Ask Golden Willow

When tragedy impacts everyone, trust is shaken


Dear Ted: I am so deeply affected by the tragedy in Florida. I'm sad for everybody involved: the victims, their families, the community and everybody impacted by this tragedy. I am amazed at the level this has hurt my heart. I am overwhelmingly sad and see that I am even a bit nervous in town these days. My sense of trust in society and the government has been impacted deeply. It is as if I have lost a level of innocence. How can something so far away have such an enormous impact on me?  – Flowing Tears

Dear Tears: Your feelings and sentiments are so palpable right now, The tragedy in Florida has had such a ripple effect on everyone's heart near and far. In a world where information is immediately accessible, the world becomes a small place and a universal community arises.

Whenever you are given information about an event, your brain immediately runs the information through your survival process of how it affects you. This does not mean you are hijacking someone else's story. It is how you survive as an individual and how we survive as a species. When a horrendous tragedy includes the deaths of innocent children, an immediate sadness overwhelms you no matter what your beliefs. We want to protect our children within our family as well as in a worldly perspective. A loss of innocence happens within each person that is impacted, and a piece of that person is lost forever.

Loss of innocence happens anytime the illusion of safety you perceived, or a certain aspect of how you understood the world, is taken away. The children and families in Florida lost loved ones as well as a part of themselves.

Those children who survived immediately became adults. Parents who felt safe within their community lost that feeling of safety.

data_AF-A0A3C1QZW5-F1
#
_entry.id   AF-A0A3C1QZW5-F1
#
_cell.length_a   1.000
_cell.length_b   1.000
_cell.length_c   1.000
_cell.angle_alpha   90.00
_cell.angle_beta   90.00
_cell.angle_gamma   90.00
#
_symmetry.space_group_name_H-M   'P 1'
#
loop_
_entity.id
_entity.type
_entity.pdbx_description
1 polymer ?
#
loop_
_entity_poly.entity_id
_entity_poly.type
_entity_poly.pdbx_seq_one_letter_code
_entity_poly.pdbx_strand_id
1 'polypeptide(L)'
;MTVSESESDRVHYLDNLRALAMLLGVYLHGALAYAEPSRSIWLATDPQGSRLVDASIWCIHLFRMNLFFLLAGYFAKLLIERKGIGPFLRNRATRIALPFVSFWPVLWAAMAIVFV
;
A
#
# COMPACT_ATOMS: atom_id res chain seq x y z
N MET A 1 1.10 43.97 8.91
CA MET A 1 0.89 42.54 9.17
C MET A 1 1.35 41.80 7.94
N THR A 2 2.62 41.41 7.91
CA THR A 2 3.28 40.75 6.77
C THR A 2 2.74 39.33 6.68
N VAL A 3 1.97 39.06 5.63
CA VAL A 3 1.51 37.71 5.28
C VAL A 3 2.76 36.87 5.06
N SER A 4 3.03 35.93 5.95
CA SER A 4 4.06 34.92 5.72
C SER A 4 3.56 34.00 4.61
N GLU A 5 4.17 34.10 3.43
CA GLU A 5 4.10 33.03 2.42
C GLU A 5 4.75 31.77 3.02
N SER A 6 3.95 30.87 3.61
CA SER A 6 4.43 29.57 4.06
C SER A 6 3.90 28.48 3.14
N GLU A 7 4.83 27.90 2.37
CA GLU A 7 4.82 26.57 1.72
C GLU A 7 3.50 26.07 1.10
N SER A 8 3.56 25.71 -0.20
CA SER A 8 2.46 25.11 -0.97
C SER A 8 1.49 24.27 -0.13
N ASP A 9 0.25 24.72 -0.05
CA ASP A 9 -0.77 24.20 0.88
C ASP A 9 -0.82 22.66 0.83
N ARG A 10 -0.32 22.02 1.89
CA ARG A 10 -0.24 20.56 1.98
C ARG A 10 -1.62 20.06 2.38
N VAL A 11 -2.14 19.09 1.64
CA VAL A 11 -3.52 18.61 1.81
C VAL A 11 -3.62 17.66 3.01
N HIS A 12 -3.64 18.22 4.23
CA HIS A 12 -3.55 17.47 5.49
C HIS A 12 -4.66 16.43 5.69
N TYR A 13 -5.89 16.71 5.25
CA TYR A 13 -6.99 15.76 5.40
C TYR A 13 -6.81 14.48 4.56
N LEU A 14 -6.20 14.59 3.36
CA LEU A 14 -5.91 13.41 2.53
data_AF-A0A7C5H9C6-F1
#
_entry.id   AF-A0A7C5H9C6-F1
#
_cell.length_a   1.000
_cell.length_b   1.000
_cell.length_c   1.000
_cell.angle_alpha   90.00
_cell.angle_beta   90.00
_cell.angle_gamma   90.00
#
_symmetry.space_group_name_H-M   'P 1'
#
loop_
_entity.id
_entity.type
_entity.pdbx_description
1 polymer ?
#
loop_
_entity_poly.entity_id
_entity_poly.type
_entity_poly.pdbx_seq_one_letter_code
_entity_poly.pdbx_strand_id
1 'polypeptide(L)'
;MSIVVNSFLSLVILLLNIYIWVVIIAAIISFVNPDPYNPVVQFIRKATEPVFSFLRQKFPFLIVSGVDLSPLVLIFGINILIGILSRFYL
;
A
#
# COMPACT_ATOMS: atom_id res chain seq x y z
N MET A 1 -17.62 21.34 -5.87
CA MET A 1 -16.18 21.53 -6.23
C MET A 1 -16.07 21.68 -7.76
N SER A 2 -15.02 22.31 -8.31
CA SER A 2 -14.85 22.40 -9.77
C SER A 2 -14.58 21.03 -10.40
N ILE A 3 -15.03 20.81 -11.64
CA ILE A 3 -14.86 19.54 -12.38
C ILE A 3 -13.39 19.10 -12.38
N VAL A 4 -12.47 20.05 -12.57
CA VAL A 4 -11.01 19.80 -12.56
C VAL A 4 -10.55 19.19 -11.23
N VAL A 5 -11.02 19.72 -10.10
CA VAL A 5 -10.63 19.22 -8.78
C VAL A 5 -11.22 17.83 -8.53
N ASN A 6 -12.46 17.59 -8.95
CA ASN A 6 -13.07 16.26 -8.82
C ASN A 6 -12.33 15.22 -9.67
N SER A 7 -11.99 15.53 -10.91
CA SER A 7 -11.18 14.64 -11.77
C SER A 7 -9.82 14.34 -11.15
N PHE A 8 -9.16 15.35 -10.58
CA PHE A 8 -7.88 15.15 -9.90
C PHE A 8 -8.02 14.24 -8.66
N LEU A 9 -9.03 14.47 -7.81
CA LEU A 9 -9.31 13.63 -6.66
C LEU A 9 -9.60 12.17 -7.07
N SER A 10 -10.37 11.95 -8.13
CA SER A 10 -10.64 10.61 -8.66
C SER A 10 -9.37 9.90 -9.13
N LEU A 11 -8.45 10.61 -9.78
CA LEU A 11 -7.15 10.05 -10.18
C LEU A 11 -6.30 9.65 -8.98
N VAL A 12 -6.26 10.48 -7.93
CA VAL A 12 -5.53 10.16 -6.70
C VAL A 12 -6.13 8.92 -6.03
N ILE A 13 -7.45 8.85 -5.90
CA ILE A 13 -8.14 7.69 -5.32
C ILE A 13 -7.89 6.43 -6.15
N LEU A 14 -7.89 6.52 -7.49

Public areas and now schools no longer feel safe. As the information is disseminated, people, near and far, have the shock that certain beliefs and realities are being tested. Parents become worried about their children and community, and it is no longer taken for granted that your child, or you, is safe. The normal feeling of safety has been stolen.

Later, as life starts to seep back in, your feelings of safety can come back, and a certain level of feeling safe can be reestablished. It is important that these matters are discussed, so the information can be gleaned from any tragedy and preventative actions can be taken to help build safety and prevent future tragic events. Support for everyone affected, especially our young people, is important as it allows trauma to become a time of sadness, followed by healing with actions. Healing comes from being seen, heard, and valued as well as finding ways to move towards healthy behaviors.

You may not find meaning in a tragic loss, but from the loss, you may find meaning in the actions you take in your life. My hope for everyone affected by this loss and other losses is that they are supported. Then they can find their voices, heal, rebuild and reestablish a new life from the previous one stolen. Even though a piece may be stolen forever, through tears, connection and healthy action, healing is possible.

I wish you well. Until next week, take care.

Direct any questions to Ted Wiard, LPCC, CGC, Founder of Golden Willow Retreat at (575) 776-2024 or

This weekly column seeks to help educate our community about emotional healing through grief. People may write questions to Golden Willow Retreat, and they will be answered privately to you and possibly used as a future article for others. Please list a first name that grants permission for printing.


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